BERLIN (Reuters) - German Chancellor Angela Merkel’s backing of French President Nicolas Sarkozy in the upcoming presidential vote has riled his socialist rival Francois Hollande’s camp, which warned her to exercise restraint, a German newspaper reported on Saturday.
It is unusual for German leaders to intervene in elections abroad. Merkel’s backing for Sarkozy was announced in January by her Christian Democrat (CDU) party, whose second-in-command Hermann Groehe said Hollande’s policies would weaken Europe.
“Party politics should not weigh on the future relationship,” Pierre Moscovici, campaign chief for Hollande was quoted as saying by German weekly Frankfurter Allgemeine Sonntagszeitung in an article due to be published on Sunday.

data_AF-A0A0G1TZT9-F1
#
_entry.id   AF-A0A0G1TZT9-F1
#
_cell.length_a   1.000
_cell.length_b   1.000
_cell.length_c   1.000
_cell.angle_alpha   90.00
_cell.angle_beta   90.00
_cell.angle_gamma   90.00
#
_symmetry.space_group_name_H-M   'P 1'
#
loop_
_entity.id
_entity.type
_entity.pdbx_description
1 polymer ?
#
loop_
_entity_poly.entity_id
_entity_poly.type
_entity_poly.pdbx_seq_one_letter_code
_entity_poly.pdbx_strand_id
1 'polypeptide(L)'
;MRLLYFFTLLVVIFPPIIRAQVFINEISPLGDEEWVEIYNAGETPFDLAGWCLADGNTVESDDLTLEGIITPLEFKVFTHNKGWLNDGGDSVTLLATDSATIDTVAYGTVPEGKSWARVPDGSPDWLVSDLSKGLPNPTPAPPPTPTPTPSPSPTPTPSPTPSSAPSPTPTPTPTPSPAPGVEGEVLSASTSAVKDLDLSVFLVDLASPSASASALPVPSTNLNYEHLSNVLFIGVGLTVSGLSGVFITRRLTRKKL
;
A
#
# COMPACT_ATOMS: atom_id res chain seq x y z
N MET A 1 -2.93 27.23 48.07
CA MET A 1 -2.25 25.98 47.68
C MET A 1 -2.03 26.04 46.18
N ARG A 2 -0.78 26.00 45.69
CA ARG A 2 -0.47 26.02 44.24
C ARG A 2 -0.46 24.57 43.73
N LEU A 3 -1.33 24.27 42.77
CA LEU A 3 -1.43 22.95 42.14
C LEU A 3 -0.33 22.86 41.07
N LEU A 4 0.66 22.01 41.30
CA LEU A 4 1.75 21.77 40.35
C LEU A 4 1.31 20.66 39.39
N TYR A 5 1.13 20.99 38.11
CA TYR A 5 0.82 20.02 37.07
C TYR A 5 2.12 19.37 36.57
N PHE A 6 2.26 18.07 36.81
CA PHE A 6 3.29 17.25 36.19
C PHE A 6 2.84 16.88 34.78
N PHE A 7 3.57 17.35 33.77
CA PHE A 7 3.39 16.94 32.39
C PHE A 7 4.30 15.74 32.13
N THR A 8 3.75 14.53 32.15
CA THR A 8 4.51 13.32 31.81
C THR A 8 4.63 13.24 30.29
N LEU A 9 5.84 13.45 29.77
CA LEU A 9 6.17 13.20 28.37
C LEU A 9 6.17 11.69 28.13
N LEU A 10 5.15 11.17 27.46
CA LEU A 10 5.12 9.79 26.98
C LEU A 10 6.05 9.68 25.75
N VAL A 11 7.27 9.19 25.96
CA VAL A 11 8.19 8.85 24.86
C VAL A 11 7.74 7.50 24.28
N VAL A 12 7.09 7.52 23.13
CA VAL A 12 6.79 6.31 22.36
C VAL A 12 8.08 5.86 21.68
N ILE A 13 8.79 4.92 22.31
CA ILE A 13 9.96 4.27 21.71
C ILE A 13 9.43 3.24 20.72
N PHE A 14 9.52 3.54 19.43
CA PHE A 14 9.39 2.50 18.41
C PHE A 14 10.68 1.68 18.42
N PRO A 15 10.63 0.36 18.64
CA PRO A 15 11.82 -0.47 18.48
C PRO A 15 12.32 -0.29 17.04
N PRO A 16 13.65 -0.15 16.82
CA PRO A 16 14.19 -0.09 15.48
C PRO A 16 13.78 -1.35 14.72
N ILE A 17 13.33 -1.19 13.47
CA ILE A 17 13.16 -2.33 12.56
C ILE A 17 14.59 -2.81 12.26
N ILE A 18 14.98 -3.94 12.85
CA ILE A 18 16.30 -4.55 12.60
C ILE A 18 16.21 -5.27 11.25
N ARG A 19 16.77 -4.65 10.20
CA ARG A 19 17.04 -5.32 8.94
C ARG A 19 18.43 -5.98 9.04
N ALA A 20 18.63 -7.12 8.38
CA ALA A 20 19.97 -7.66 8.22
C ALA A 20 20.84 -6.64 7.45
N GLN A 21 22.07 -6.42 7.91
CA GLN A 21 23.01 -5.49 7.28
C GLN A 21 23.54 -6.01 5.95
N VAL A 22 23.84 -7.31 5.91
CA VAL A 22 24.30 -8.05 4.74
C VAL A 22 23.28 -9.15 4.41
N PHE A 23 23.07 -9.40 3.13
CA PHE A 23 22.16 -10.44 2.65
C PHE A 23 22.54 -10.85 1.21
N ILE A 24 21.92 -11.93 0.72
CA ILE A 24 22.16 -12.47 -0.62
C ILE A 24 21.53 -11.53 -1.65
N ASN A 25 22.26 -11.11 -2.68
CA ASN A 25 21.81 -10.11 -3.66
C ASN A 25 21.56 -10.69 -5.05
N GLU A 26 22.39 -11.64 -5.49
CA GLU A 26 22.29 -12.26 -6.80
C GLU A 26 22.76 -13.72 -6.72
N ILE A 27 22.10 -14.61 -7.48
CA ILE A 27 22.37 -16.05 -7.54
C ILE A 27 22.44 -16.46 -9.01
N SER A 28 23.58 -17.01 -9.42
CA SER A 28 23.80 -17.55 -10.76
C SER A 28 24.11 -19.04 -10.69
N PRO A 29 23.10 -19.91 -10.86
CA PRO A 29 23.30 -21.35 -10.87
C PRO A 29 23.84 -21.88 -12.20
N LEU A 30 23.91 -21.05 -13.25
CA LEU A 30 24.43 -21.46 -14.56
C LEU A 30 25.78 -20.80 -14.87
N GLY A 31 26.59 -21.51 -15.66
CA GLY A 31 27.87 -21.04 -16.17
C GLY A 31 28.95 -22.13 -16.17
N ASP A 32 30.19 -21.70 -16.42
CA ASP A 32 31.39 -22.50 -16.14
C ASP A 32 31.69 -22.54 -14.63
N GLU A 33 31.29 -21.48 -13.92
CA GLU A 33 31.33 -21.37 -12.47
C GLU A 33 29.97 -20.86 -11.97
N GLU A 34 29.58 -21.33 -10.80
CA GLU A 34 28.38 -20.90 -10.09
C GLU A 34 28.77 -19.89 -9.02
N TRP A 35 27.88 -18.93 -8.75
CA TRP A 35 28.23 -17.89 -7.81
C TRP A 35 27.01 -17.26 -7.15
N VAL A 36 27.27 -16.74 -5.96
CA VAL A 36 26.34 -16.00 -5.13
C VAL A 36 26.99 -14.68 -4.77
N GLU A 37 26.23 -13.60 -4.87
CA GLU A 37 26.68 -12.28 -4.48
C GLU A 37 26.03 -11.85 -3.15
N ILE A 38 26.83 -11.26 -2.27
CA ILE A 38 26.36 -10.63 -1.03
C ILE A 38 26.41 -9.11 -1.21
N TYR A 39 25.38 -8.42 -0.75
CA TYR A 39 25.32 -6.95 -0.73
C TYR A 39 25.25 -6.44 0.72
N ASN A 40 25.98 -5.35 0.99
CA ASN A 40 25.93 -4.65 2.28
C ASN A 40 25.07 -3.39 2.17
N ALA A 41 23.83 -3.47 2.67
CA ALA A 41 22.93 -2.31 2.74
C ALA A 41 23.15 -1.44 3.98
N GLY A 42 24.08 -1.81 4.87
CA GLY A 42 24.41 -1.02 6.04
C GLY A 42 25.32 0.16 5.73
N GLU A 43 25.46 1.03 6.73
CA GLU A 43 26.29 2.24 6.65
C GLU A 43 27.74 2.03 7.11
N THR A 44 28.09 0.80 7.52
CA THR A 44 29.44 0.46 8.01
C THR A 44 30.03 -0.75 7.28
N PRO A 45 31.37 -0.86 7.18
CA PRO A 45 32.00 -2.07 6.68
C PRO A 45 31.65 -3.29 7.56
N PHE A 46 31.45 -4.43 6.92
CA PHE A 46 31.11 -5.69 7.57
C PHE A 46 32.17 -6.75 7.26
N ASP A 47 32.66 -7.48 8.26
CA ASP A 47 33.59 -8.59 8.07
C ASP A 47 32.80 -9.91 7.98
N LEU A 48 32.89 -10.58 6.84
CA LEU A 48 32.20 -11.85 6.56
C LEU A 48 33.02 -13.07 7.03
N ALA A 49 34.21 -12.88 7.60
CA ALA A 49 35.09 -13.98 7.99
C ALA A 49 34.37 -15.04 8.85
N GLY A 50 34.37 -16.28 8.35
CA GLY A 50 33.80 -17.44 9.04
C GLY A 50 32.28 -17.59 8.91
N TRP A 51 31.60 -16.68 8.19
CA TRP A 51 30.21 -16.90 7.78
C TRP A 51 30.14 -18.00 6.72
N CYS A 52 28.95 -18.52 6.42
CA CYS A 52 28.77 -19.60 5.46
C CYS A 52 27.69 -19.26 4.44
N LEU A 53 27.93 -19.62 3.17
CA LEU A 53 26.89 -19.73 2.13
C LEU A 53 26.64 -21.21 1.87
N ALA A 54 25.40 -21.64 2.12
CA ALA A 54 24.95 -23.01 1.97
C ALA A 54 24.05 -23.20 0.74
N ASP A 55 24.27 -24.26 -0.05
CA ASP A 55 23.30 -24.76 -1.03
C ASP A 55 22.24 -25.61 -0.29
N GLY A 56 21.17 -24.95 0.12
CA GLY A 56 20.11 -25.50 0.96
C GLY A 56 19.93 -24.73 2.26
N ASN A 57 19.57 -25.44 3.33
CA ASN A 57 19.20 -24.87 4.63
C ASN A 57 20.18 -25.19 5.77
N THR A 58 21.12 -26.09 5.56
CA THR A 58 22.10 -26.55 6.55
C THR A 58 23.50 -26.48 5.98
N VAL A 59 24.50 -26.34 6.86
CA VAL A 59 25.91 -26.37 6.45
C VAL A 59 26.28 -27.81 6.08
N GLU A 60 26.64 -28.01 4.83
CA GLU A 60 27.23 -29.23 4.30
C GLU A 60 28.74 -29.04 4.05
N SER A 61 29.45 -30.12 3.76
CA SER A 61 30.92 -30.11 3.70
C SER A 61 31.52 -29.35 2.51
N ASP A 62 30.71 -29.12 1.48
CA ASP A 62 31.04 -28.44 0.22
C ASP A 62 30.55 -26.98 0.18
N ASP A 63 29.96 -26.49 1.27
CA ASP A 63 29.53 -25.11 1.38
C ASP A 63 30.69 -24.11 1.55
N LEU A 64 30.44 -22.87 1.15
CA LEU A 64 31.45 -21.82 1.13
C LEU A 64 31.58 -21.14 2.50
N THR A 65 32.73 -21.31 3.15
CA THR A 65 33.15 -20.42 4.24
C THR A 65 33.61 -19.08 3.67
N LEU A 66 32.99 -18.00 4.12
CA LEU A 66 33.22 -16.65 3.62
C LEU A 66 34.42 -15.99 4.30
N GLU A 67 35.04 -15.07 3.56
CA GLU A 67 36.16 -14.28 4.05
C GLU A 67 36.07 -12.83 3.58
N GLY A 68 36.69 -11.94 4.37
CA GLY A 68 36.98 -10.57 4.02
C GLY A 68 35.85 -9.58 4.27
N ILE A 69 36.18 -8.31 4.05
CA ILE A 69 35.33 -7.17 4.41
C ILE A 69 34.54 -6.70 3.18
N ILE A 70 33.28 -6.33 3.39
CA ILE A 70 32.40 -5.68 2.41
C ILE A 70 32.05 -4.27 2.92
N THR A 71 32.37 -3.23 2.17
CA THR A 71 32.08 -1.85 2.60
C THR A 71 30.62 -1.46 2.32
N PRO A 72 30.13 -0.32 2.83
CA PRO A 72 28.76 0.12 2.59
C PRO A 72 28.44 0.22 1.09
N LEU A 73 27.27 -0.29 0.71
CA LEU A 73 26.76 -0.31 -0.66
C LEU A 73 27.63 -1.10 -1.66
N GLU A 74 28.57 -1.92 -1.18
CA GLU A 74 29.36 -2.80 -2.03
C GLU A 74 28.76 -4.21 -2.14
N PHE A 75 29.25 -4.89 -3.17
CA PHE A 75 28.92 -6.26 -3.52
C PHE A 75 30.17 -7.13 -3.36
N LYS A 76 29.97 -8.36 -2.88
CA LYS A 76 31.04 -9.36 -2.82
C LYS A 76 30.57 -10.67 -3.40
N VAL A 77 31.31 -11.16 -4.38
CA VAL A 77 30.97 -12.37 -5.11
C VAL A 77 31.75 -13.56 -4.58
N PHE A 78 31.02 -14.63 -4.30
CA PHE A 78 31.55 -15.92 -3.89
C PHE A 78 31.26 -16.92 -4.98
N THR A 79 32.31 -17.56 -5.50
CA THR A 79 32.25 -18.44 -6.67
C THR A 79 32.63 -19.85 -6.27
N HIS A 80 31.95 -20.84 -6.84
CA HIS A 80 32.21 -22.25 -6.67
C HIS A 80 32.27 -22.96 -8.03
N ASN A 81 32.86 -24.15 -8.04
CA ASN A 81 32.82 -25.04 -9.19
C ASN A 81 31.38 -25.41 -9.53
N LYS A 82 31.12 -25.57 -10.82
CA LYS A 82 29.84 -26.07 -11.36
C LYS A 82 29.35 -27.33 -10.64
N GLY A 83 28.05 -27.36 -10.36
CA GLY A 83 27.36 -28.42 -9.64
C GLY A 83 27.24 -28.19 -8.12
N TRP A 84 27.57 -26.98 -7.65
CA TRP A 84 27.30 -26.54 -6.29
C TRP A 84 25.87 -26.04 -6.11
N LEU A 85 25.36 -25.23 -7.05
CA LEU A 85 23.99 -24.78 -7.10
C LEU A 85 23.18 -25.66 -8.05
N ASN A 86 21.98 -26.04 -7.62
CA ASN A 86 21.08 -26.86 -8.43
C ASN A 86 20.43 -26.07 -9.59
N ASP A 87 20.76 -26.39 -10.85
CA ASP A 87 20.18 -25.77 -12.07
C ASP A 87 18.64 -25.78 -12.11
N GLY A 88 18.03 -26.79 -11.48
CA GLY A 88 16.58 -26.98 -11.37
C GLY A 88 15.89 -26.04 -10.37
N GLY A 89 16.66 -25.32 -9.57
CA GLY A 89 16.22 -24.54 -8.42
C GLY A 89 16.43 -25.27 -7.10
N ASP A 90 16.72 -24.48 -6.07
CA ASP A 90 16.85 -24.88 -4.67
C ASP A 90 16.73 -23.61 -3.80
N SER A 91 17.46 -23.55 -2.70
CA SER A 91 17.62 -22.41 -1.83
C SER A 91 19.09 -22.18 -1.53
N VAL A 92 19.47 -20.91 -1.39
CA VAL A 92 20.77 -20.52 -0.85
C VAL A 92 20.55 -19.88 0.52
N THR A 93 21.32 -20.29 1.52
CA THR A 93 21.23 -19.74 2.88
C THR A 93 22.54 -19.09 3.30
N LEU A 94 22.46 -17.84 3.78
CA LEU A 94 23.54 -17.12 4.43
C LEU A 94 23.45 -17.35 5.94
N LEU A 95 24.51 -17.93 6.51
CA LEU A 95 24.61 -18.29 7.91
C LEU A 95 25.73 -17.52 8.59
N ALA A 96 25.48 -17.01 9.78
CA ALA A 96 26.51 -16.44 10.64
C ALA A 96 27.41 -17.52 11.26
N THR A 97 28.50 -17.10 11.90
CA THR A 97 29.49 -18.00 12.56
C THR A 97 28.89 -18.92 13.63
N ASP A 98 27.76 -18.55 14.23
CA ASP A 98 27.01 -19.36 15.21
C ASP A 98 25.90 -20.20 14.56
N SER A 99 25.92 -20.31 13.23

“The chancellor is obliged to show a certain reserve.”
Insiders at Sarkozy’s UMP party say the push to involve Merkel came from the French president himself, who is lagging behind in polls ahead of the two-round election on April 22 and May 6.
The German chancellor is seen in France as a trustworthy leader capable of dealing with the euro zone debt crisis, and so could boost Sarkozy’s credibility on economic issues.
But the move could also backfire if voters view her involvement as unwelcome interference, and some of the austerity policies she has pushed for have been unpopular in Europe.
Merkel’s party has said she plans campaign appearances with Sarkozy in a move aimed at underlining the importance of the two leaders’ relationship to Europe.
A poll this week showed Hollande had widened his lead over Sarkozy.
Writing by Brian Rohan; Editing by Alessandra Rizzo